July 17, 2011

Marsha Linehan

Renowned American psychologist and researcher Marsha Linehan recently acknowledged that she struggled with borderline personality disorder--a notoriously treatment-resistant disorder characterized by dysfunctional interpersonal relationships, emotional instability, and self-harming or suicidal behaviour--in her adolescence and early adulthood. This is big news: it's not every day that a senior and distinguished psychologist reveals that she suffered from a severe mental illness, particularly one that is as heavy with stigma as is BPD. The story is all the more interesting because researching and treating borderline personality is Dr. Linehan's life work.

According to the New York Times article, as a self-destructive and chronically suicidal teenager, Linehan was hospitalized for symptoms that would meet the current DSM criteria for BPD. Diagnosed instead with schizophrenia, Linehan was treated with Freudian analysis, seclusion, antipsychotics, and electroshock therapy. When she was discharged from the hospital at age 20, the doctors gave Linehan little chance of surviving.

Subsequent to a quasi-religious experience in her 20s, Linehan discovered and embraced the concept of radical acceptance. Radical acceptance is a Buddhist concept that means accepting on a deep level, without judgment. According to Linehan, she stopped feeling suicidal and began to love herself when she stopped focusing on the gulf between the person she wanted to be and the person she was. Linehan went on to study psychology and used the concept of radical acceptance to form the foundation of Dialectical Behaviour Therapy, an effective treatment for BPD. Based on the opposing principles of acceptance and the need to change, DBT succeeded where other treatments for BPD failed.

No matter how you feel about religious epiphanies, Linehan's public exposure of her past is significant. First, her admission offers the hope of a meaningful and fulfilling life to individuals with BPD and other serious mental illnesses. Second, Linehan is lending a famous face to mental illness (à la Margaret Trudeau), showing the public that mental health problems aren't just something that happens to people in movies, psychiatric hospitals, and homeless shelters. Third, that Dr. Linehan's experience suffering from BPD informed the development of one of the first empirically-validated treatments for the disorder collapses the usual divide between the world of academic research and the patients who benefit from the research.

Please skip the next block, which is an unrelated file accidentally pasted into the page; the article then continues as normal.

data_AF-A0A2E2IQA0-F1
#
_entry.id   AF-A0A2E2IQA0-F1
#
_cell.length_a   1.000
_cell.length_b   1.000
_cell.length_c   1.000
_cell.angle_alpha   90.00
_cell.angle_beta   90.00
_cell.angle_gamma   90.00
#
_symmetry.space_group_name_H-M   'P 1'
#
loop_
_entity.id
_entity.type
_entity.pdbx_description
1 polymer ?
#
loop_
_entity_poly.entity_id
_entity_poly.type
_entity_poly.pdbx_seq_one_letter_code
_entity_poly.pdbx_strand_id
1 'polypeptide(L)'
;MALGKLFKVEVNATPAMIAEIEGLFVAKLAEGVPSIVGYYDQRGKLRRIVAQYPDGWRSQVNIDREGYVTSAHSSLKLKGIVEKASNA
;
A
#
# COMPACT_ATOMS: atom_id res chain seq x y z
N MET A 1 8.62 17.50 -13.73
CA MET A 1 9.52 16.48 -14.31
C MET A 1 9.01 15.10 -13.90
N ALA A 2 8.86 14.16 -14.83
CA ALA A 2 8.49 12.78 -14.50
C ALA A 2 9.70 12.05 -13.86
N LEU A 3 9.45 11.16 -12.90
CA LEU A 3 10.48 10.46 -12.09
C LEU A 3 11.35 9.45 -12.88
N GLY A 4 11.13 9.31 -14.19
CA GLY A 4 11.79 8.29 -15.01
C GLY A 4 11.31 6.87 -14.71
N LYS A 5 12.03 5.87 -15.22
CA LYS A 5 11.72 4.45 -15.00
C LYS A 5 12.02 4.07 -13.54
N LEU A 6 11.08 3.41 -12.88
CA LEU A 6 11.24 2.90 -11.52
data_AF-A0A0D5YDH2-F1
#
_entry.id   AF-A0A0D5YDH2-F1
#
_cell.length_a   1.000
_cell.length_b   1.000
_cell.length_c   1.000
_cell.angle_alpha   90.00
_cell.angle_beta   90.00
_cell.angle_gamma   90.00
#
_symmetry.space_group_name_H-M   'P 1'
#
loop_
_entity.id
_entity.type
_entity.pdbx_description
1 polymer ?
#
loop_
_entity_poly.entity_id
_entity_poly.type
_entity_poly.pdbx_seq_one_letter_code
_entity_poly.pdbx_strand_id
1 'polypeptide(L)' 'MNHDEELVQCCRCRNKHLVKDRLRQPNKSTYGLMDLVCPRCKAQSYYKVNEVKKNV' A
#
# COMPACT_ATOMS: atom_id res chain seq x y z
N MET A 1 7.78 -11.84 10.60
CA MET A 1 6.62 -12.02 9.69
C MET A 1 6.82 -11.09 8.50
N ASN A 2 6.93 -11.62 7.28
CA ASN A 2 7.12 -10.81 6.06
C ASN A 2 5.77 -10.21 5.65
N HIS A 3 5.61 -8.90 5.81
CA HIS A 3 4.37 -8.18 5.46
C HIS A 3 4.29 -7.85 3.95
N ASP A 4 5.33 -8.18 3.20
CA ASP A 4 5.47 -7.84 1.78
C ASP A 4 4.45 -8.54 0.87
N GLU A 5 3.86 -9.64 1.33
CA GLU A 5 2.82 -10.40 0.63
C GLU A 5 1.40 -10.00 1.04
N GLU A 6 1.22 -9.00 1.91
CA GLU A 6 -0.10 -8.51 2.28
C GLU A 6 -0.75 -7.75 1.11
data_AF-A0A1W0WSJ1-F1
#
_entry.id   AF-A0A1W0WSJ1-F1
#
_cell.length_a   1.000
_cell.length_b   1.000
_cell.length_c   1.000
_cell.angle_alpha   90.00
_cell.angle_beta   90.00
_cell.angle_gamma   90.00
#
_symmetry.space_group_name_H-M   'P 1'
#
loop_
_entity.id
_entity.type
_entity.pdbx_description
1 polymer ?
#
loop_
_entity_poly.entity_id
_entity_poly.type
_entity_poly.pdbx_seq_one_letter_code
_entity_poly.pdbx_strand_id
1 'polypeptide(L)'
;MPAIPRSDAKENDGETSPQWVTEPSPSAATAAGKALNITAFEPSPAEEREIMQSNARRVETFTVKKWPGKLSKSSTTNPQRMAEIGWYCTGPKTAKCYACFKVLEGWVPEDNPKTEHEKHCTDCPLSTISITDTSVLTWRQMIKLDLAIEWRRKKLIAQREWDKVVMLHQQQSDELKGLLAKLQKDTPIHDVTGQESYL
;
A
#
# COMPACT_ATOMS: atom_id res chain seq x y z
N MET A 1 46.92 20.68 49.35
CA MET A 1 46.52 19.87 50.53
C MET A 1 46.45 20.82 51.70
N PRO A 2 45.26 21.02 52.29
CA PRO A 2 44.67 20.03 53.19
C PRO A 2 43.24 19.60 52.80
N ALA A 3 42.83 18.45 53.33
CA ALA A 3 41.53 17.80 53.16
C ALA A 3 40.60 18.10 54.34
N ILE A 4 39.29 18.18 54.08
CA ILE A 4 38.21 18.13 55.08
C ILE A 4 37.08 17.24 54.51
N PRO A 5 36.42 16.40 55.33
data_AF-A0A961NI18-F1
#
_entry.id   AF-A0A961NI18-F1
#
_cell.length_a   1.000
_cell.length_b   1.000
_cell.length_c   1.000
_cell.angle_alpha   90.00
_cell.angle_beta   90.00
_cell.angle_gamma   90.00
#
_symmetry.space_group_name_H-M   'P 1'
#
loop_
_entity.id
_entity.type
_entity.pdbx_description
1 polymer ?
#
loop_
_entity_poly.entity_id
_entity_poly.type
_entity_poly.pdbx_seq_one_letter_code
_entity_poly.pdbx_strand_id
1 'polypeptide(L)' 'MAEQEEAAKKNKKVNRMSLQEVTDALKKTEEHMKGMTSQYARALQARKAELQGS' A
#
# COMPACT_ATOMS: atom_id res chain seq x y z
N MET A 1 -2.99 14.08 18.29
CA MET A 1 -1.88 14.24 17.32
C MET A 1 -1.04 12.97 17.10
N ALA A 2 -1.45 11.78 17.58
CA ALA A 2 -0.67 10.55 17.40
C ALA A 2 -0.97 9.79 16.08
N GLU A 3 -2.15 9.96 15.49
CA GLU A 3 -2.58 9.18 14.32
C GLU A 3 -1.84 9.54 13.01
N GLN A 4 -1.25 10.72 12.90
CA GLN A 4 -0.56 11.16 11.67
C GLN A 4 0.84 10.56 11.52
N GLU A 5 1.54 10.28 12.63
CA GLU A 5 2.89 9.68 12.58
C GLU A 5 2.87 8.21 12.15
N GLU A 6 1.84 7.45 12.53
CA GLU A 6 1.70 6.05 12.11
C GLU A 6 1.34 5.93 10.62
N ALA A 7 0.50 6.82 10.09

Finally, Dr. Linehan's disclosure demonstrates significant courage. BPD is a diagnosis given primarily to women, and is burdened with more stigma and stereotypes than perhaps any other psychiatric disorder. By admitting to BPD, Linehan has made herself vulnerable to skepticism, sexism, and invalidation. However, I expect that in this case, the disclosure will only more firmly entrench Dr. Linehan as a valued pioneer and significant contributor in the field of psychology.

July 14, 2011

Criteria Controversy

How do you know if a given behaviour or group of symptoms constitutes a psychiatric or psychological disorder? This is an important question, and particularly relevant right now as psychiatrists work on the fifth version of the Diagnostic and Statistical Manual of Mental Disorders (DSM), to be published in 2013.

Proposed additions to the DSM like Internet Addiction and Premenstrual Dysphoric Disorder (PMDD) are raising the ire of DSM critics who argue that the manual medicalizes and pathologizes normal behaviour. While this criticism is valid and worthy of discussion, people making this argument have the frustrating habit of selecting one symptom from the list of DSM criteria for a given disorder and using it to claim that the criteria describe normal behaviour. The most recent person to do so is Ian Brown of the Globe & Mail. In his article, Brown gives the example of one criterion for the proposed DSM-V diagnosis of compulsive hoarding: "Persistent difficult discarding or parting with possessions, regardless of the value others may attribute to those possessions."

According to Brown, this symptom describes "anyone with a basement." Such is the problem of selecting and criticizing a diagnostic criterion in isolation. Anyone wishing to make a similarly unsophisticated argument could choose "Eating, in a discrete period of time, an amount of food that is definitely larger than most people would eat in a similar period of time under similar circumstances" from the proposed criteria for binge eating disorder (BED) or "Marked affective lability (e.g., mood swings; feeling suddenly sad or tearful or increased sensitivity to rejection) prior to most menstrual cycles" from the proposed criteria for PMDD. They could argue that they often overeat at dinner parties and experience mood swings before they menstruate and that the inclusion of BED and PMDD in DSM-V would unfairly pathologize their behaviour.